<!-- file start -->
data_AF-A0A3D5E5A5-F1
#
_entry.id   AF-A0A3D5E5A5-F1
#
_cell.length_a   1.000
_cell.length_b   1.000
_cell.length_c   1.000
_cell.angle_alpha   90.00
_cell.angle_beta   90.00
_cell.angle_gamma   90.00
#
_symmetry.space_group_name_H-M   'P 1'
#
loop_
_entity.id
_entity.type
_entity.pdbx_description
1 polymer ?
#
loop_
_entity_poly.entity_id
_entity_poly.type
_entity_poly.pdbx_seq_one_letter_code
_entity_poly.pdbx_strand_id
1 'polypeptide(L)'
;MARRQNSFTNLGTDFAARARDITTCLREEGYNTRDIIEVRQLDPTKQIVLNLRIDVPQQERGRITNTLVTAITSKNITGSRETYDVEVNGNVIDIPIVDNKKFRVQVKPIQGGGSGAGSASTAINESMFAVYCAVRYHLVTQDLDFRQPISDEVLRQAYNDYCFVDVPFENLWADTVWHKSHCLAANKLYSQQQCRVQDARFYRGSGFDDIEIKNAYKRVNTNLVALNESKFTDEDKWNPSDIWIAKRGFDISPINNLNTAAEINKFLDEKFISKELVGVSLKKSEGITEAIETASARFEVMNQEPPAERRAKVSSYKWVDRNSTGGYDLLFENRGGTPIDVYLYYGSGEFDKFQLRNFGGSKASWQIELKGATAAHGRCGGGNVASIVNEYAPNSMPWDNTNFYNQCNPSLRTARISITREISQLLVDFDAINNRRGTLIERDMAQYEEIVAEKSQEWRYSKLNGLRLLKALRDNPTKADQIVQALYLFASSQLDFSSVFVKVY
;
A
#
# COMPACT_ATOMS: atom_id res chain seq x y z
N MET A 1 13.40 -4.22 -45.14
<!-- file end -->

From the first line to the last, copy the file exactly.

data_AF-A0A3D5E5A5-F1
#
_entry.id   AF-A0A3D5E5A5-F1
#
_cell.length_a   1.000
_cell.length_b   1.000
_cell.length_c   1.000
_cell.angle_alpha   90.00
_cell.angle_beta   90.00
_cell.angle_gamma   90.00
#
_symmetry.space_group_name_H-M   'P 1'
#
loop_
_entity.id
_entity.type
_entity.pdbx_description
1 polymer ?
#
loop_
_entity_poly.entity_id
_entity_poly.type
_entity_poly.pdbx_seq_one_letter_code
_entity_poly.pdbx_strand_id
1 'polypeptide(L)'
;MARRQNSFTNLGTDFAARARDITTCLREEGYNTRDIIEVRQLDPTKQIVLNLRIDVPQQERGRITNTLVTAITSKNITGSRETYDVEVNGNVIDIPIVDNKKFRVQVKPIQGGGSGAGSASTAINESMFAVYCAVRYHLVTQDLDFRQPISDEVLRQAYNDYCFVDVPFENLWADTVWHKSHCLAANKLYSQQQCRVQDARFYRGSGFDDIEIKNAYKRVNTNLVALNESKFTDEDKWNPSDIWIAKRGFDISPINNLNTAAEINKFLDEKFISKELVGVSLKKSEGITEAIETASARFEVMNQEPPAERRAKVSSYKWVDRNSTGGYDLLFENRGGTPIDVYLYYGSGEFDKFQLRNFGGSKASWQIELKGATAAHGRCGGGNVASIVNEYAPNSMPWDNTNFYNQCNPSLRTARISITREISQLLVDFDAINNRRGTLIERDMAQYEEIVAEKSQEWRYSKLNGLRLLKALRDNPTKADQIVQALYLFASSQLDFSSVFVKVY
;
A
#
# COMPACT_ATOMS: atom_id res chain seq x y z
N MET A 1 13.40 -4.22 -45.14